i was doing some reading and came across this website. very informative if i must say.
i was wondering if the comment about mono-saccharides not being fed to the bacteria being true as i thought fruit sugars fed bacteria?
could someone explain further please?
asked bysunandmoon (501)
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on August 24, 2012
at 04:20 PM
The Med diet also included many days of fasting/ food restriction
A paleo diets seem to outperform them..
And a Med diet doesn't necessarily even lower inflammation
on August 24, 2012
at 02:11 PM
Bacteria can eat basically any carb. The only carbs that are quickly digested are small amounts of fructose (under a certain low threshold), and any amount of glucose. Eating alot of fruit (which also have sucrose and galactose), will be as problematic for gut bacteria as using alot of sugar, if your concerned about the impact on gut flora (perhaps moreso if the fruit has galactose).
As you might imagine that will depend on the fruit, and the quantity consumed. There is large variation in the sugars in fruits. For example, cranberry is mostly glucose, and pineapple is mostly sucrose, whereas the majority of fruits, on average have some amount of glucose and fructose, and also sometime some sucrose. It varies from fruit to fruit.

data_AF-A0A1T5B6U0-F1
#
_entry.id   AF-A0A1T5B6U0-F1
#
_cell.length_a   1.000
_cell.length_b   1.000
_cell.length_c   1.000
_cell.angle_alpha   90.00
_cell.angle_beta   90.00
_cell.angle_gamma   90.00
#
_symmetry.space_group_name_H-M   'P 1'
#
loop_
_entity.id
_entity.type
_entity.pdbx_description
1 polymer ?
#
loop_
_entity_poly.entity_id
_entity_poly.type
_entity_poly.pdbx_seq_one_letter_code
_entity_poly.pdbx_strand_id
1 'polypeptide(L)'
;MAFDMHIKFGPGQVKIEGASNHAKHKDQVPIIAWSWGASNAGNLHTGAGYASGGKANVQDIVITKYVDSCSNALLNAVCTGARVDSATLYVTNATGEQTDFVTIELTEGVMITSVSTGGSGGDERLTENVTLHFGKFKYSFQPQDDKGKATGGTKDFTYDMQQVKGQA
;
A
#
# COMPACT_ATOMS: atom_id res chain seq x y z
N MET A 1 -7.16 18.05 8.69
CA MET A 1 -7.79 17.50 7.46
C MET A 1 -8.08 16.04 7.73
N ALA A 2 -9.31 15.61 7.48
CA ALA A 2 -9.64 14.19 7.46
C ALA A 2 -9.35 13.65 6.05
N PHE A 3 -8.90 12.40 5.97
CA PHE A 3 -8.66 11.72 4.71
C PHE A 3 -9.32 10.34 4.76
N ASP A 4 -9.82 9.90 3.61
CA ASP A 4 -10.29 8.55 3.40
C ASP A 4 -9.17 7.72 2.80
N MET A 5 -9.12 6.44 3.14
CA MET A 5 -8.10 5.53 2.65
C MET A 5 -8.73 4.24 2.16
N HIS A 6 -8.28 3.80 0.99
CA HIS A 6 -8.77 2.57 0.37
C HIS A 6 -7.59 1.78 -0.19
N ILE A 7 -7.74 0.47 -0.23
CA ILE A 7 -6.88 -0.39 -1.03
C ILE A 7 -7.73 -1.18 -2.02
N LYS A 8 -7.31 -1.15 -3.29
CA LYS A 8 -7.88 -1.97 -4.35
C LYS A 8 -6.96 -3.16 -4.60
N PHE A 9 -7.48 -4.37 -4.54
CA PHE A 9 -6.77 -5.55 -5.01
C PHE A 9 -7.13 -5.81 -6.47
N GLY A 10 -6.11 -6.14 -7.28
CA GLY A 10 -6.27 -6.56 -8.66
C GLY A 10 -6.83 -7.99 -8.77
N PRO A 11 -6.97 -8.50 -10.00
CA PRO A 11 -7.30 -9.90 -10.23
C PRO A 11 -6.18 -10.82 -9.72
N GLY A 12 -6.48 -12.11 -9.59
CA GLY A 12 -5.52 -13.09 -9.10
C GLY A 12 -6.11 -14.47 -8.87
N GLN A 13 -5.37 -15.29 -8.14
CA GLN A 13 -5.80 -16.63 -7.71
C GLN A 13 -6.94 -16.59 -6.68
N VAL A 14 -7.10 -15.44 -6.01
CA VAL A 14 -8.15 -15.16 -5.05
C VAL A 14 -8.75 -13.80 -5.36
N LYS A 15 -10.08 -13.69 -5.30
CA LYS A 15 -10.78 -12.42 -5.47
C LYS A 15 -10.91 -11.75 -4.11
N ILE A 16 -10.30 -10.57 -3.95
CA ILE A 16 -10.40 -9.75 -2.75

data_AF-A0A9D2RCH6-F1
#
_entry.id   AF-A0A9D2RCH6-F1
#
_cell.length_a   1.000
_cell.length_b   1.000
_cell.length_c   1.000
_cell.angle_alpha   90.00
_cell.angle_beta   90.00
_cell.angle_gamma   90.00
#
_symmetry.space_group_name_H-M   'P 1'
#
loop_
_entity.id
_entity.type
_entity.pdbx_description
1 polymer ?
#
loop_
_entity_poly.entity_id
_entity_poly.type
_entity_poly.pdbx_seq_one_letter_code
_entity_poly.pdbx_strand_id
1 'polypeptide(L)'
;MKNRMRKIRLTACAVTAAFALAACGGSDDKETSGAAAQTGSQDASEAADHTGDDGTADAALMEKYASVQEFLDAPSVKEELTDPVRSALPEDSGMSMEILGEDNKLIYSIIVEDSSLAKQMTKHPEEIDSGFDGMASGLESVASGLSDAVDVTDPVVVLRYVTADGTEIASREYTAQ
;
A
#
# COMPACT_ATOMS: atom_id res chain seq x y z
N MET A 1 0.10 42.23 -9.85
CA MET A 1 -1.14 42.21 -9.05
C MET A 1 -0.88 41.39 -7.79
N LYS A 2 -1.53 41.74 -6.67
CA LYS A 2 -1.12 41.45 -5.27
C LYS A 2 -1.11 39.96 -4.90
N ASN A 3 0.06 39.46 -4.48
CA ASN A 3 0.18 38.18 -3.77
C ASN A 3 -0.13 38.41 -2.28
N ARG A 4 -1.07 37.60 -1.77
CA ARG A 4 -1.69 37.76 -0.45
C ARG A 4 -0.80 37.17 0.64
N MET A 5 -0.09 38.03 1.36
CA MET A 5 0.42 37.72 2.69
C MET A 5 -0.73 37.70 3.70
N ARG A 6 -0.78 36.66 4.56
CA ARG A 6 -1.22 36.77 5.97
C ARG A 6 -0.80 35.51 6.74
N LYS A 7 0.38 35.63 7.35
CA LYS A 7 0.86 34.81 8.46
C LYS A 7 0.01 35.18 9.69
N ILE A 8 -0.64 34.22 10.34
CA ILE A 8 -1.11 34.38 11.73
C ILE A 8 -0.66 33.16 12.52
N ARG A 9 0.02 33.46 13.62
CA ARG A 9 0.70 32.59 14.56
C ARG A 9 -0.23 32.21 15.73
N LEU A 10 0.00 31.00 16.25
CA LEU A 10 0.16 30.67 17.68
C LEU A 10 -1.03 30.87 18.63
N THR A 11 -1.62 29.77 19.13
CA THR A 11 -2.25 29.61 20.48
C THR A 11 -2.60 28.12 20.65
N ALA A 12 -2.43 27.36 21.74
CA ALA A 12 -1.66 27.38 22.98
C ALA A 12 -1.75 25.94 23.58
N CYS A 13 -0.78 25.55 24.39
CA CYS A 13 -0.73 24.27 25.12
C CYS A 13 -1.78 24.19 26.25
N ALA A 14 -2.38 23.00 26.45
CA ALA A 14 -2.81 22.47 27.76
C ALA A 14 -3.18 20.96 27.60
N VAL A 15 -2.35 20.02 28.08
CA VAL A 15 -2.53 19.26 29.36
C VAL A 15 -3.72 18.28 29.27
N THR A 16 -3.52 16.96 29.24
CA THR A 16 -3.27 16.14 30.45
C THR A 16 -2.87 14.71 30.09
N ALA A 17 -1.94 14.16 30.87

But then again, it terms of your gut bacteria, alot of acellular carbs (ie grains), or in fact lots of starch, in general, is very similar in that respect.
Starch is just a bunch of glucose stuch together, and it takes your digestion along time to get it all unstuck. If you have gut bacterial issues (like I do), your tolerance to most carbs (simple or complex) can be quite bad. Not so in healthy people though.
Macronutrients do effect gut flora, in healthy people, but we dont know what ratio is optimal, and we dont know much about gut bacteria either.
Its probably not mostly carbs though, given thats hard to do with fruits, tubers and roots in most enviroments (IMO). Its certainly not lots of refined sucrose (due to the high fructose u get exposed too).
Gut bacteria, might be one reason not to have a very high carb intake in general(along with metabolism). Its a possibly good rationale for avoiding grains altogether and using tubers and roots instead, due to the fact our gut biome is not evolved to be used to acellular carbs, and acellular carbs probably influence gut bacteria more than cellular ones.
But its not really something specific to sucrose. Sucrose has its own issues as well though, as I mentioned above.